(The connection upgrade request is visible on the developer tools with a 101 Switching Protocols response.)

Socket.IO

6 requests, 181.56 KB, 0.25 s

From those 6 requests:

  1. the HTML page itself
  2. Socket.IO's JavaScript (180 kilobytes)
  3. first long polling AJAX request
  4. second long polling AJAX request
  5. third long polling AJAX request
  6. connection upgrade to WebSocket

Details

WebSocket results that I got on localhost:

WebSocket results - websocket-vs-socket.io module

Socket.IO results that I got on localhost:

Socket.IO results - websocket-vs-socket.io module

Test yourself

I published the code on npm and on GitHub, you can run it yourself:

# Install:
npm i -g websocket-vs-socket.io
# Run the server:
websocket-vs-socket.io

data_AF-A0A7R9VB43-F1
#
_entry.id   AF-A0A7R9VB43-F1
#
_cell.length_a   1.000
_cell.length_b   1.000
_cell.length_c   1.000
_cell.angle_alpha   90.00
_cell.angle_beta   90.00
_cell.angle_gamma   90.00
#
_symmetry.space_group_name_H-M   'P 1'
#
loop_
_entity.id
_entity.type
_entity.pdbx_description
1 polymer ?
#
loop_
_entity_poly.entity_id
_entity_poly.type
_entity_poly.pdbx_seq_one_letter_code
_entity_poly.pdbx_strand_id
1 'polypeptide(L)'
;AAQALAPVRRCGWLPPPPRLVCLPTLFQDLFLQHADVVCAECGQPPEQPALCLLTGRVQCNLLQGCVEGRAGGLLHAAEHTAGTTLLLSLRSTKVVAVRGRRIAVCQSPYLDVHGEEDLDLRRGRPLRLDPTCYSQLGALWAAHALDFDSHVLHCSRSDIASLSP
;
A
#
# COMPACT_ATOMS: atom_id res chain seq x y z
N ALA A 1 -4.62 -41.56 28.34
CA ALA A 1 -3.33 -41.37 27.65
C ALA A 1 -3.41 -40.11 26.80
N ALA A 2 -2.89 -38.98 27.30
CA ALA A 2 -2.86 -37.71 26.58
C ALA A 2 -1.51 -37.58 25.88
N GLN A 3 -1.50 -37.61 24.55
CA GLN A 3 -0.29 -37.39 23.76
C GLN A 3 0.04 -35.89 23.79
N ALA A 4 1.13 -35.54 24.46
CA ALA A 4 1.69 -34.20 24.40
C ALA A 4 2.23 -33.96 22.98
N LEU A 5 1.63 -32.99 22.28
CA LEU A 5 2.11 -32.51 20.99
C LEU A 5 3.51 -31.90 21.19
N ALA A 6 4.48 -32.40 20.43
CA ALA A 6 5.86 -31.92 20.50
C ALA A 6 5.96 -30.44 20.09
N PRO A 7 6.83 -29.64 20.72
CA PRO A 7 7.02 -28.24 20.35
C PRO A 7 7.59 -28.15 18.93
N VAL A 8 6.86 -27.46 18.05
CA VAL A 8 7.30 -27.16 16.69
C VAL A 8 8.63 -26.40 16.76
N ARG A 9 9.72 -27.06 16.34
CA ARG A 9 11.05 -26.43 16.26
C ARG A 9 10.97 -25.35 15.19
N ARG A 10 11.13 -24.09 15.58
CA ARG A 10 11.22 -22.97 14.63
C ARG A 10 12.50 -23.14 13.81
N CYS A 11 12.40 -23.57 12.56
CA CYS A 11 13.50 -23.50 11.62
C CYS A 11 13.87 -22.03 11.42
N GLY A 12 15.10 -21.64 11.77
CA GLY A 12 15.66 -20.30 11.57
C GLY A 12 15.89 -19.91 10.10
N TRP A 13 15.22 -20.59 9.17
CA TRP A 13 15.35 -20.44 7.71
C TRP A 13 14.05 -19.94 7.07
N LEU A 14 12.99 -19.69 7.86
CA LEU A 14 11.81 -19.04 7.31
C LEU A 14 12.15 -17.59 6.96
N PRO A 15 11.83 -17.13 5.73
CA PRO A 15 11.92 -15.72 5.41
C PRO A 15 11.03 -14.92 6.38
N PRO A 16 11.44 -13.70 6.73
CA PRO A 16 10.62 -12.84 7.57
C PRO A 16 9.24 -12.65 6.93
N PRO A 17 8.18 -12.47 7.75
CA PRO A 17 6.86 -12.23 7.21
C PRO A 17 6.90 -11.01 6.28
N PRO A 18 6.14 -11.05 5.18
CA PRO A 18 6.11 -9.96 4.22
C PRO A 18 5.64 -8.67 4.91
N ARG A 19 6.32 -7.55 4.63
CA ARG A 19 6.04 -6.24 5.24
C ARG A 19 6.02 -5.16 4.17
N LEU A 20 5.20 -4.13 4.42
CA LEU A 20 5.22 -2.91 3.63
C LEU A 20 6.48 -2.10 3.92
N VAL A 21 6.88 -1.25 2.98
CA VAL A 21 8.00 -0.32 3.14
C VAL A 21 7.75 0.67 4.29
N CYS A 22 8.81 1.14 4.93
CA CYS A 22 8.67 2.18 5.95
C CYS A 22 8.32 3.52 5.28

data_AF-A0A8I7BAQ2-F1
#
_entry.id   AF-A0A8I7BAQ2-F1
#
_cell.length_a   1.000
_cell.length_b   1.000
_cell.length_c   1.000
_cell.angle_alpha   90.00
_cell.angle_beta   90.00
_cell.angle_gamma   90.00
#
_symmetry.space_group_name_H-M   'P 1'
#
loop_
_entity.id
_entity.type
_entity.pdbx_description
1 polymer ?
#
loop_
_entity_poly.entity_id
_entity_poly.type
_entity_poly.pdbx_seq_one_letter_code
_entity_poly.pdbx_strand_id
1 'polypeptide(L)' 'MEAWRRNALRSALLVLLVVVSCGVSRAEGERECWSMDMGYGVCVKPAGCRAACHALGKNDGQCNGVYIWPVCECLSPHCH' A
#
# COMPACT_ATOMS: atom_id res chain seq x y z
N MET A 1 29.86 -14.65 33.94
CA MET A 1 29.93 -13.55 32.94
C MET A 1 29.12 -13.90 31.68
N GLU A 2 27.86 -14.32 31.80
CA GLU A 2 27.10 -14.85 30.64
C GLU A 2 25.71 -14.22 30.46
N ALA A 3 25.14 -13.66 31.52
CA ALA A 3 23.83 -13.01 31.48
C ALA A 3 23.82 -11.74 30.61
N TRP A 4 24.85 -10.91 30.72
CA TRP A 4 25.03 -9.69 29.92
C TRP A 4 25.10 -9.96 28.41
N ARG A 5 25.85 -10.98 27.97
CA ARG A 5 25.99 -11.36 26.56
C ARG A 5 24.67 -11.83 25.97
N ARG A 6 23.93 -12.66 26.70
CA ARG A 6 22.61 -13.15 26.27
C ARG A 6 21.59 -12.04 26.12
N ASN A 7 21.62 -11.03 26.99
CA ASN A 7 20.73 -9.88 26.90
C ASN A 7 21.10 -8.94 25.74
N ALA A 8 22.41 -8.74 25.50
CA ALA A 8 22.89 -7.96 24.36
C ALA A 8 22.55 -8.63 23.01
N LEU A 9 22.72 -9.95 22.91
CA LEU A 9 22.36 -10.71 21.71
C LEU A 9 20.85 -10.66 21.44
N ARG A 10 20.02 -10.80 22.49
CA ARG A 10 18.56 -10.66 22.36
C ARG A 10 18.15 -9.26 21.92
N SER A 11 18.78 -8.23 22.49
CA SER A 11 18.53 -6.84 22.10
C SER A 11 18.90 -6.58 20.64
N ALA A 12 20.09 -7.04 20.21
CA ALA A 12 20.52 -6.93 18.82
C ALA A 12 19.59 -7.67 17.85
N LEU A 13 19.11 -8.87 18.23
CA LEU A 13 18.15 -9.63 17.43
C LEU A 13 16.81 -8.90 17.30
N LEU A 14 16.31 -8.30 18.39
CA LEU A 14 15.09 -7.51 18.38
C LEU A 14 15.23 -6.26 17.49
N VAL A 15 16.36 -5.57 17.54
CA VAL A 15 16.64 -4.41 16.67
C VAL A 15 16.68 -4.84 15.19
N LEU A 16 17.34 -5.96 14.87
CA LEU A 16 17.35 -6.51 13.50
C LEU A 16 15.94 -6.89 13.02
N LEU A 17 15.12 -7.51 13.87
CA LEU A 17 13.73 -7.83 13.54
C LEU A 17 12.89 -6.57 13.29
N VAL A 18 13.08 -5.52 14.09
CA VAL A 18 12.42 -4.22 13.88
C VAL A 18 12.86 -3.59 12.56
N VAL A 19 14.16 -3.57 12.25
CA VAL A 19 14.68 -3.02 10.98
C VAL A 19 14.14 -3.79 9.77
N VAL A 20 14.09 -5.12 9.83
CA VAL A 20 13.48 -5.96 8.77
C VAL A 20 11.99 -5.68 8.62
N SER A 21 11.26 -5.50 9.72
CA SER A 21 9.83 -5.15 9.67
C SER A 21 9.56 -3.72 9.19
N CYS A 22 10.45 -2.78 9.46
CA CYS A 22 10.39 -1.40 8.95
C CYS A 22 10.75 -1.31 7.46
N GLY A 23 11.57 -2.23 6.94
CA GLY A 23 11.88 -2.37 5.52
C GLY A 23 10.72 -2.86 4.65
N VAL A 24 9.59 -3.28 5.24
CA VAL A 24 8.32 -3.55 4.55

and follow instrictions. To uninstall:

# Uninstall:
npm rm -g websocket-vs-socket.io

See this answer for more info.

Answer

I thought I should add to the accepted answer above, as if anyone wants to eliminate the XHR Polling transport and initiate websockets right away. The code below is just to give an idea of the implementation:

var url = serverUrl + "/ssClients"  //ssClients is the socket.io namespace

var connectionOptions =  {
    "force new connection" : true,
    "reconnection": true,
    "reconnectionDelay": 2000,                  //starts with 2 secs delay, then 4, 6, 8, until 60 where it stays forever until it reconnects
    "reconnectionDelayMax" : 60000,             //1 minute maximum delay between connections
    "reconnectionAttempts": "Infinity",         //to prevent dead clients, having the user to having to manually reconnect after a server restart.
    "timeout" : 10000,                           //before connect_error and connect_timeout are emitted.
    "transports" : ["websocket"]                //forces the transport to be only websocket. Server needs to be setup as well/
}
var socket = require("socket.io-client")(url, connectionOptions);